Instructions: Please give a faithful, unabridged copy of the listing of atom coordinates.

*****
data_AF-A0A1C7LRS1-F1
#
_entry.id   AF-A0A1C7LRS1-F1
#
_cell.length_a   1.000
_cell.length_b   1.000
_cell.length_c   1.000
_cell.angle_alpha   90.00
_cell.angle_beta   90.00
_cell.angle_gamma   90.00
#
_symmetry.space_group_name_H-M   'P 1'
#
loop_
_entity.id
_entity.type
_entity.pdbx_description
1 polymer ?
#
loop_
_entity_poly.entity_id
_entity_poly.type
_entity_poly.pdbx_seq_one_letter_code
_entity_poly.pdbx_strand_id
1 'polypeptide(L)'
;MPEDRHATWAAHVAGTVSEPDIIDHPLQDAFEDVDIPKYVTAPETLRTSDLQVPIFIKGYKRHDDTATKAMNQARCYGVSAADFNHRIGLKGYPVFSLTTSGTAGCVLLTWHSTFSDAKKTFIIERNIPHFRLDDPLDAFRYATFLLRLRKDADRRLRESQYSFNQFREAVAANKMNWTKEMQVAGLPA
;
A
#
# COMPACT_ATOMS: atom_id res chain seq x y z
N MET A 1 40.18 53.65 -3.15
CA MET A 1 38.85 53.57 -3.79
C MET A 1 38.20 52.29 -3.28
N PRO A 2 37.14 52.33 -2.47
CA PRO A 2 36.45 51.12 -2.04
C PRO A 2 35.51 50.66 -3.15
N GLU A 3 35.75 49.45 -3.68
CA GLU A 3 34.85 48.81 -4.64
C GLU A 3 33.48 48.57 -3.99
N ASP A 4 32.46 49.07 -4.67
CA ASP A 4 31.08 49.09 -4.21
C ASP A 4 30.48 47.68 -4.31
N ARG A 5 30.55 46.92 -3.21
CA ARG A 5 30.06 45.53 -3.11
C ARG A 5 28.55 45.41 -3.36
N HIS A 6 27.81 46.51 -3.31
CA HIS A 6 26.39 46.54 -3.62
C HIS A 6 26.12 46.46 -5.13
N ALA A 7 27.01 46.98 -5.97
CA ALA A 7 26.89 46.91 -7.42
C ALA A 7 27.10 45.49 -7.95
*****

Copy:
data_AF-A0A1C7LRS1-F1
#
_entry.id   AF-A0A1C7LRS1-F1
#
_cell.length_a   1.000
_cell.length_b   1.000
_cell.length_c   1.000
_cell.angle_alpha   90.00
_cell.angle_beta   90.00
_cell.angle_gamma   90.00
#
_symmetry.space_group_name_H-M   'P 1'
#
loop_
_entity.id
_entity.type
_entity.pdbx_description
1 polymer ?
#
loop_
_entity_poly.entity_id
_entity_poly.type
_entity_poly.pdbx_seq_one_letter_code
_entity_poly.pdbx_strand_id
1 'polypeptide(L)'
;MPEDRHATWAAHVAGTVSEPDIIDHPLQDAFEDVDIPKYVTAPETLRTSDLQVPIFIKGYKRHDDTATKAMNQARCYGVSAADFNHRIGLKGYPVFSLTTSGTAGCVLLTWHSTFSDAKKTFIIERNIPHFRLDDPLDAFRYATFLLRLRKDADRRLRESQYSFNQFREAVAANKMNWTKEMQVAGLPA
;
A
#
# COMPACT_ATOMS: atom_id res chain seq x y z
N MET A 1 40.18 53.65 -3.15
CA MET A 1 38.85 53.57 -3.79
C MET A 1 38.20 52.29 -3.28
N PRO A 2 37.14 52.33 -2.47
CA PRO A 2 36.45 51.12 -2.04
C PRO A 2 35.51 50.66 -3.15
N GLU A 3 35.75 49.45 -3.68
CA GLU A 3 34.85 48.81 -4.64
C GLU A 3 33.48 48.57 -3.99
N ASP A 4 32.46 49.07 -4.67
CA ASP A 4 31.08 49.09 -4.21
C ASP A 4 30.48 47.68 -4.31
N ARG A 5 30.55 46.92 -3.21
CA ARG A 5 30.06 45.53 -3.11
C ARG A 5 28.55 45.41 -3.36
N HIS A 6 27.81 46.51 -3.31
CA HIS A 6 26.39 46.54 -3.62
C HIS A 6 26.12 46.46 -5.13
N ALA A 7 27.01 46.98 -5.97
CA ALA A 7 26.89 46.91 -7.42
C ALA A 7 27.10 45.49 -7.95